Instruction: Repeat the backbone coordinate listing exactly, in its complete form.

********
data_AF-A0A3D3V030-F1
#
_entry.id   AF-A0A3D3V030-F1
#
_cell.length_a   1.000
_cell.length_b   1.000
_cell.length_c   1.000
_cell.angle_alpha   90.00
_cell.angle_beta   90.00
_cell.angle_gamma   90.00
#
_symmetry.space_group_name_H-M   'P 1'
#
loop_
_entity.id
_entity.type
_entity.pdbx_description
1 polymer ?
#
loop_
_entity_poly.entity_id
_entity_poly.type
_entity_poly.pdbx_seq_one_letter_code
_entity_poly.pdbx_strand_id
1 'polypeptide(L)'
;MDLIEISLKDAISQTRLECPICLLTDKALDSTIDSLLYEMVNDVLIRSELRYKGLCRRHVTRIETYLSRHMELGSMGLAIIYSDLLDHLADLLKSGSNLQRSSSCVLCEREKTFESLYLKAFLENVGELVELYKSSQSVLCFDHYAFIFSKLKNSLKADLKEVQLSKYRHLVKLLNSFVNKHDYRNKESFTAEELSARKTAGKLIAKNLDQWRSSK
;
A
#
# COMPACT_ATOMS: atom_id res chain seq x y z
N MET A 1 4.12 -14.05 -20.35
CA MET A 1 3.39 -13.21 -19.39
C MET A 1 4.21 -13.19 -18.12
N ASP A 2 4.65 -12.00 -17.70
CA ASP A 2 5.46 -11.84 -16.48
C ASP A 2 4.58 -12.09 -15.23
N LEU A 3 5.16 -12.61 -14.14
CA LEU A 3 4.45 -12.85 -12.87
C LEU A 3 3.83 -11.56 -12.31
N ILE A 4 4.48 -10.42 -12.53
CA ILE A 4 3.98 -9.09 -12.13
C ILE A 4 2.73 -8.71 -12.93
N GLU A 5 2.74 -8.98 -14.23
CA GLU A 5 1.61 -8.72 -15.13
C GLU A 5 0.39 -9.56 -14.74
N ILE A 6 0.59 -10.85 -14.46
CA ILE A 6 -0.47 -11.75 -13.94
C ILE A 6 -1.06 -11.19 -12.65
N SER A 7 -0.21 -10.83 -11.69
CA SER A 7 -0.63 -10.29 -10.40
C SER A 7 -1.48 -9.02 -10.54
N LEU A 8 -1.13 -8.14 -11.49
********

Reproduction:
data_AF-A0A3D3V030-F1
#
_entry.id   AF-A0A3D3V030-F1
#
_cell.length_a   1.000
_cell.length_b   1.000
_cell.length_c   1.000
_cell.angle_alpha   90.00
_cell.angle_beta   90.00
_cell.angle_gamma   90.00
#
_symmetry.space_group_name_H-M   'P 1'
#
loop_
_entity.id
_entity.type
_entity.pdbx_description
1 polymer ?
#
loop_
_entity_poly.entity_id
_entity_poly.type
_entity_poly.pdbx_seq_one_letter_code
_entity_poly.pdbx_strand_id
1 'polypeptide(L)'
;MDLIEISLKDAISQTRLECPICLLTDKALDSTIDSLLYEMVNDVLIRSELRYKGLCRRHVTRIETYLSRHMELGSMGLAIIYSDLLDHLADLLKSGSNLQRSSSCVLCEREKTFESLYLKAFLENVGELVELYKSSQSVLCFDHYAFIFSKLKNSLKADLKEVQLSKYRHLVKLLNSFVNKHDYRNKESFTAEELSARKTAGKLIAKNLDQWRSSK
;
A
#
# COMPACT_ATOMS: atom_id res chain seq x y z
N MET A 1 4.12 -14.05 -20.35
CA MET A 1 3.39 -13.21 -19.39
C MET A 1 4.21 -13.19 -18.12
N ASP A 2 4.65 -12.00 -17.70
CA ASP A 2 5.46 -11.84 -16.48
C ASP A 2 4.58 -12.09 -15.23
N LEU A 3 5.16 -12.61 -14.14
CA LEU A 3 4.45 -12.85 -12.87
C LEU A 3 3.83 -11.56 -12.31
N ILE A 4 4.48 -10.42 -12.53
CA ILE A 4 3.98 -9.09 -12.13
C ILE A 4 2.73 -8.71 -12.93
N GLU A 5 2.74 -8.98 -14.23
CA GLU A 5 1.61 -8.72 -15.13
C GLU A 5 0.39 -9.56 -14.74
N ILE A 6 0.59 -10.85 -14.46
CA ILE A 6 -0.47 -11.75 -13.94
C ILE A 6 -1.06 -11.19 -12.65
N SER A 7 -0.21 -10.83 -11.69
CA SER A 7 -0.63 -10.29 -10.40
C SER A 7 -1.48 -9.02 -10.54
N LEU A 8 -1.13 -8.14 -11.49